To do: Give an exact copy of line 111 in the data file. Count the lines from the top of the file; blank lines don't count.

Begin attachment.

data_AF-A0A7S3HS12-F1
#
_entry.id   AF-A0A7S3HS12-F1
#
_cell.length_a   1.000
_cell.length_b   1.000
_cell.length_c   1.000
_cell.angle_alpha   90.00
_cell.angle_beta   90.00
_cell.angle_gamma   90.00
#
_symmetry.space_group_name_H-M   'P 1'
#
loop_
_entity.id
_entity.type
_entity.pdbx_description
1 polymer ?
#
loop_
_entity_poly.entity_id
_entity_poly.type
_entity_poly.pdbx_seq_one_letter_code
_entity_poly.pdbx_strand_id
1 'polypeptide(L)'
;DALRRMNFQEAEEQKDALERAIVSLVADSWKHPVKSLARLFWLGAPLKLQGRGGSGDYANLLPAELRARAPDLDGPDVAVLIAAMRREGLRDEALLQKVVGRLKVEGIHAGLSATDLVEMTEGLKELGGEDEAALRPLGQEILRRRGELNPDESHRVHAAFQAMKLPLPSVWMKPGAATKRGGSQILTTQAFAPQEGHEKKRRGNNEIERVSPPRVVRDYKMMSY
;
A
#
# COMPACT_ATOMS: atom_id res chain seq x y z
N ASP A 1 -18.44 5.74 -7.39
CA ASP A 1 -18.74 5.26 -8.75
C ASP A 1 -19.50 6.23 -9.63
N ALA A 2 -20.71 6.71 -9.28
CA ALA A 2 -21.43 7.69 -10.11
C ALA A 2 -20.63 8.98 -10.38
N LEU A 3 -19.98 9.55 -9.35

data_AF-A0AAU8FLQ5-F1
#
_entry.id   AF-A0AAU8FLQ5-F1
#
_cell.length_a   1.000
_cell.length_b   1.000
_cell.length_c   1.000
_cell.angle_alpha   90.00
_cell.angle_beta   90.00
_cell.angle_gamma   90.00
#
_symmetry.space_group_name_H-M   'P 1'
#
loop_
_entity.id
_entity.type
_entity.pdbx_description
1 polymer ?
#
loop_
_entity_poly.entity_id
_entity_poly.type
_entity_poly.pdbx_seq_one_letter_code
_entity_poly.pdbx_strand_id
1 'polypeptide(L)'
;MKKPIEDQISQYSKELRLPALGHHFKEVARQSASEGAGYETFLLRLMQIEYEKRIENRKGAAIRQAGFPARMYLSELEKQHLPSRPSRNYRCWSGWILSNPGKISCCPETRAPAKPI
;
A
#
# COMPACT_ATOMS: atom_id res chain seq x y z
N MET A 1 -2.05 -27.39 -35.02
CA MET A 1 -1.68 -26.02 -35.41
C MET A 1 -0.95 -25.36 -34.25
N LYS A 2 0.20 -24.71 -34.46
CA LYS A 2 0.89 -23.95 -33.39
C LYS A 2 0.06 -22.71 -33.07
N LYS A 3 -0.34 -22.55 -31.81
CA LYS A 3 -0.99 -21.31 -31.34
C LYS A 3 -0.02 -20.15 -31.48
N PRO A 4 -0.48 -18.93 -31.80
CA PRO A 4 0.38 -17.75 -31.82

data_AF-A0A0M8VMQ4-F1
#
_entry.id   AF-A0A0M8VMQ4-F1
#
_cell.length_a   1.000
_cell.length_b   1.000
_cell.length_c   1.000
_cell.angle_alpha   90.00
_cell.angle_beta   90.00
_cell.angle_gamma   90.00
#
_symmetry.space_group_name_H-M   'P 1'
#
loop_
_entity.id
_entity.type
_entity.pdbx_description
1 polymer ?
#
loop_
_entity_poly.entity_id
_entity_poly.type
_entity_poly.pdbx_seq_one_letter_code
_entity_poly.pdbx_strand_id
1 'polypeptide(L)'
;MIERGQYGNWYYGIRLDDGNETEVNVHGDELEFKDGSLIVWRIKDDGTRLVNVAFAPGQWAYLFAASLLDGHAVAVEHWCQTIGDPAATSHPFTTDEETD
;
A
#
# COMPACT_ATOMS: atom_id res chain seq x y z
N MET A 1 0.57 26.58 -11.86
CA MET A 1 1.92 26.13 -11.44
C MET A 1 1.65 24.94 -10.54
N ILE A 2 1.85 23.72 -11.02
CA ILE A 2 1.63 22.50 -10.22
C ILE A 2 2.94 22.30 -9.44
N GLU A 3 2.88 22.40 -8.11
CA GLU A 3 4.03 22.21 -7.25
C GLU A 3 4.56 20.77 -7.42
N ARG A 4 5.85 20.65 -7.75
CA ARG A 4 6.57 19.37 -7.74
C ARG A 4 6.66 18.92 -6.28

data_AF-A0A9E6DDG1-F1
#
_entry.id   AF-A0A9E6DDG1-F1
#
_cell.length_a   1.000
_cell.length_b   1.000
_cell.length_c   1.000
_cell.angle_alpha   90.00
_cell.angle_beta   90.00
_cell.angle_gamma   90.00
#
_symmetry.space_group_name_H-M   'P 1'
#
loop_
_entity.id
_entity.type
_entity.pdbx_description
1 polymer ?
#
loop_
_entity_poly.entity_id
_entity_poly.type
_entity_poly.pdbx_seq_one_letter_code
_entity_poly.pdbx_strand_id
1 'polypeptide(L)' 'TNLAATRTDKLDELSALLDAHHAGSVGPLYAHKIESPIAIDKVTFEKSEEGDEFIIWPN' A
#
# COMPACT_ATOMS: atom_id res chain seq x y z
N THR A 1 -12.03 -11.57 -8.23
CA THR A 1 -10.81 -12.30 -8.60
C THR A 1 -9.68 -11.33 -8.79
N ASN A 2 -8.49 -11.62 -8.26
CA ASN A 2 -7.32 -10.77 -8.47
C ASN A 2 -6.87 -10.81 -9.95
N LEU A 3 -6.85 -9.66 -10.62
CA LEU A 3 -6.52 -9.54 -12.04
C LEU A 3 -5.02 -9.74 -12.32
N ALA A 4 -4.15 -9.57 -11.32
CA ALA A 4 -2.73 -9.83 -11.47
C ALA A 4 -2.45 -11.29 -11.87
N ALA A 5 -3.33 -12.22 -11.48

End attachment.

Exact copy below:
C MET A 1 1.65 24.94 -10.54